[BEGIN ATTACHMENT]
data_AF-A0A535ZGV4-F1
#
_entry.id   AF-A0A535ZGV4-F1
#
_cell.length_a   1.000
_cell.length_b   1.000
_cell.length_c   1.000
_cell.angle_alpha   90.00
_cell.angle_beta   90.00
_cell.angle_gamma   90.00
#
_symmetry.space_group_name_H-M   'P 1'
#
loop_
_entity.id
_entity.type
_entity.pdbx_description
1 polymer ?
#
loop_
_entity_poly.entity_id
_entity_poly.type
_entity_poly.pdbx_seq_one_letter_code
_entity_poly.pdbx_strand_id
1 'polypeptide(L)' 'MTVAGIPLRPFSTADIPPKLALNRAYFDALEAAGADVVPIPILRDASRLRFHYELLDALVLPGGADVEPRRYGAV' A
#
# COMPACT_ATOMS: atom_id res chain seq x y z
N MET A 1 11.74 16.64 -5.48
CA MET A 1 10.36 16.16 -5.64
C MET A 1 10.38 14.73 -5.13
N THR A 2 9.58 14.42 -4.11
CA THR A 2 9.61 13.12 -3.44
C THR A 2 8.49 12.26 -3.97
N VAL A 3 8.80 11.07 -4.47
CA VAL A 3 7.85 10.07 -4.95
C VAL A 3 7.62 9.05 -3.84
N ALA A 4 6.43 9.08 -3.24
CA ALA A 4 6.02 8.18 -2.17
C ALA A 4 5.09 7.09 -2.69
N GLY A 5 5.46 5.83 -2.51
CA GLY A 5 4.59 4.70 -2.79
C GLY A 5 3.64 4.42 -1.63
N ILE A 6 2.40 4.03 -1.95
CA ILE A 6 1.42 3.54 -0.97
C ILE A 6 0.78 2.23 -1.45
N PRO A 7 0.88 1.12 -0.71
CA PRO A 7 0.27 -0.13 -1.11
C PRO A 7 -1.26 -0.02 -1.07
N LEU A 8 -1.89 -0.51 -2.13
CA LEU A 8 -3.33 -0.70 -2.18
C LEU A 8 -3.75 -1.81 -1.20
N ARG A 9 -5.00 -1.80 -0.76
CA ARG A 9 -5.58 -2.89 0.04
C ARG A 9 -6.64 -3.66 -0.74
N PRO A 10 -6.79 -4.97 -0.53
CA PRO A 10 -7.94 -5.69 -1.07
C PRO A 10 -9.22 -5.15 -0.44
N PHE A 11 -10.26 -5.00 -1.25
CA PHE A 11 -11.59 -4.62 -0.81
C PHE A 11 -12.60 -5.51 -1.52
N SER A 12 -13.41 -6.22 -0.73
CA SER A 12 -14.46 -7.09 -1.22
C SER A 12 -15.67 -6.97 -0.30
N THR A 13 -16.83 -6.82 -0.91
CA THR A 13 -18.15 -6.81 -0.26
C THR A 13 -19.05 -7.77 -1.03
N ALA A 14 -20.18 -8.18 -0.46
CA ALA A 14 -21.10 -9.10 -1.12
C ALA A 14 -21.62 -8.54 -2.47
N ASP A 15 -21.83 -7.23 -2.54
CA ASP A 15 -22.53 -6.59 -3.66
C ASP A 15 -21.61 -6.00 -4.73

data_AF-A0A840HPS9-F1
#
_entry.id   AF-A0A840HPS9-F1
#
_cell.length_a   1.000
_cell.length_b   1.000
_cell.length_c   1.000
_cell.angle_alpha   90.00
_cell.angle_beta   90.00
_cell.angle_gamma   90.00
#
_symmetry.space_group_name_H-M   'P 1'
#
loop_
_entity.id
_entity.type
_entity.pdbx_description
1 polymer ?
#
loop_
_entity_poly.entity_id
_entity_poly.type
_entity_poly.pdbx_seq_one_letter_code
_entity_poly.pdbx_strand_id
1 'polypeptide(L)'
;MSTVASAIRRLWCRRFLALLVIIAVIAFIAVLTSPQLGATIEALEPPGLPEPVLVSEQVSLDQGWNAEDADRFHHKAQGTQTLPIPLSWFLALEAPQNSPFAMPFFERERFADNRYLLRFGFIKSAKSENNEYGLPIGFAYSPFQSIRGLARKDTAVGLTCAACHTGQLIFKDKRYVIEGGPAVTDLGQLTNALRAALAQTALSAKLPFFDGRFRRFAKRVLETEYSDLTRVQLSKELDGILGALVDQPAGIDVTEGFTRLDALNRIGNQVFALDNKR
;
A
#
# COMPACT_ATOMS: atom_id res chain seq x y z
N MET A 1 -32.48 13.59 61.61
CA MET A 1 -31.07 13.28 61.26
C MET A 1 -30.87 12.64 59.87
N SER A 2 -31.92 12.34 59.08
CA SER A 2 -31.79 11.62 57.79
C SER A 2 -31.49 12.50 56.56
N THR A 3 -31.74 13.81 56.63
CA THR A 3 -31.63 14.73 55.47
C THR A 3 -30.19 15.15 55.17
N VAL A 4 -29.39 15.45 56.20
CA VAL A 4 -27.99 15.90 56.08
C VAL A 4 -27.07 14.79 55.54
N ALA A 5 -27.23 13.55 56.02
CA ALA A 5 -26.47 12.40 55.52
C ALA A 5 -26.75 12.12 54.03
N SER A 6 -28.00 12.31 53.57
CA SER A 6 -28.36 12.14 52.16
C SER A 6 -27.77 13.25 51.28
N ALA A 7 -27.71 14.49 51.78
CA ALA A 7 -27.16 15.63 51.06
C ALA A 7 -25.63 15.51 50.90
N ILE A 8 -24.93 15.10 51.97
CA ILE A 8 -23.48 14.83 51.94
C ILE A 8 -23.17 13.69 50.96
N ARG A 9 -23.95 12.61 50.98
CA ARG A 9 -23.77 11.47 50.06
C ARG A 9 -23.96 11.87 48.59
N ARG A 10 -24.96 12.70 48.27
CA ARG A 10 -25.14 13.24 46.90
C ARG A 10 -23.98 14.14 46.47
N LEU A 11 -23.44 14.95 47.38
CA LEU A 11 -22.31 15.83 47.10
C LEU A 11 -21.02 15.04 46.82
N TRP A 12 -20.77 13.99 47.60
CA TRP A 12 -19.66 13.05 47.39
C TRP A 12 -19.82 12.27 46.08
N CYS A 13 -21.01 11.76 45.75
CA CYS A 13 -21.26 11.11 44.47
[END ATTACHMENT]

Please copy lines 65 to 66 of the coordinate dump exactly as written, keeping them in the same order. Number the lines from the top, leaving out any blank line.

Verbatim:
CA THR A 13 -18.15 -6.81 -0.26
C THR A 13 -19.05 -7.77 -1.03